Valleyview secondary has released some details about how it plans to make school safe for students during the COVID-19 pandemic.
Valleyview, which is one of the district’s most crowded schools, is implementing policies such as staggered breaks, masks and no locker use for the 2020-2021 school year.
Lockers won’t be available to students for at least the first month of classes. The intention with that policy is to minimize the number of students congregating in hallways and reduce the number of high-touch areas, which will be cleaned regularly. Students should carry all their supplies for the day in backpacks.
Students will have just two blocks per day, as Valleyiew and most secondary schools are implementing the quarter semester system — also known as the Copernican model.
Students are also expected to wear masks when walking in the halls.
“That’s the reality,” Valleyview secondary principal Barb Hamblett said. “We have to move through our spaces, just like at Walmart, we have to move through our spaces safely. This is going to help us get there.”
There will be multiple, staggered breaks, so students will not all be out in the hallway at the same time. Students will also be encouraged to stay outside as much as possible during their breaks.
Students will be taken through health and safety training on the first day and are expected to wash their hands when they enter the building, when they leave the building and throughout the day. Hamblett said staggered breaks will help with that.
Students will also need to respect the maximum capacity numbers posted on washroom doors.
Any student or staff member who falls ill will be required to wear a mask and attend the school’s designated medical space. Parents will be contacted immediately and asked to pick up their child. Parents will be asked to seek assessment by their health-care provider, which could include calling 811.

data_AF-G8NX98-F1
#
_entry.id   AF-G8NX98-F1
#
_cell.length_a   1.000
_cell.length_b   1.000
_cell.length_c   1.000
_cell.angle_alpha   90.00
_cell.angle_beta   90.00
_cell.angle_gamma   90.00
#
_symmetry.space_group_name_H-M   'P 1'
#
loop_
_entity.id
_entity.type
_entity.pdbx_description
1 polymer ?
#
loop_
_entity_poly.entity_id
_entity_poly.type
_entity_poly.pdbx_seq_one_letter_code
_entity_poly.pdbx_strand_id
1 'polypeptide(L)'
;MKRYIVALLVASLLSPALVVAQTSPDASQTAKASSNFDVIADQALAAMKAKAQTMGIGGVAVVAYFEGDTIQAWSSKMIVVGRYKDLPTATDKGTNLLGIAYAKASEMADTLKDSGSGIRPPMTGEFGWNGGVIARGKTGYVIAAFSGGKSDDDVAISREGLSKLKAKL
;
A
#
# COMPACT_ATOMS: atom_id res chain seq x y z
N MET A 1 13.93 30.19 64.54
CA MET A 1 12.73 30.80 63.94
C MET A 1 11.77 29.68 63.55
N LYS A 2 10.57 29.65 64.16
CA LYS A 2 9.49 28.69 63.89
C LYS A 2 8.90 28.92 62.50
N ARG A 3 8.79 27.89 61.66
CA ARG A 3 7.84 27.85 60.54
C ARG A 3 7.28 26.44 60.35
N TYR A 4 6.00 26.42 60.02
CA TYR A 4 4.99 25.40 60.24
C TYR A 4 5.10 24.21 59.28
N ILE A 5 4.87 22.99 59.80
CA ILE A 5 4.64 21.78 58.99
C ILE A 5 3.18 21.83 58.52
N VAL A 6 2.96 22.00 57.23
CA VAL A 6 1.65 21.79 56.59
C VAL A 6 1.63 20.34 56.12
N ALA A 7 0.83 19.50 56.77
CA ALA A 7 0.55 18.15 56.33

The student will need stay at home until hearing back from the health authority that they can come return to school once they are no longer symptomatic.
Hamblett said she has confidence in the operation of the school’s HVAC ventilation system as it was replaced a few years ago and is regularly maintained.
Counsellors will meet with students in a variety of ways. Face-to-face meetings will be done using masks. For students who have questions about programming, counsellors are looking at connecting in other ways, including by phone.
“Looking at all the work we have done to put in the health and safety protocols in place, I have to say it’s pretty similar to what we have everywhere. Getting on a plane, going for groceries — what will be happening in schools will be more controlled,” Hamblett said.
“When you go into a grocery store, you don’t go in through a controlled group. They limit the numbers, but they don’t have control groups. In schools, we can put in more measures so we can really see who our kids are interacting with. We can keep track of them better.”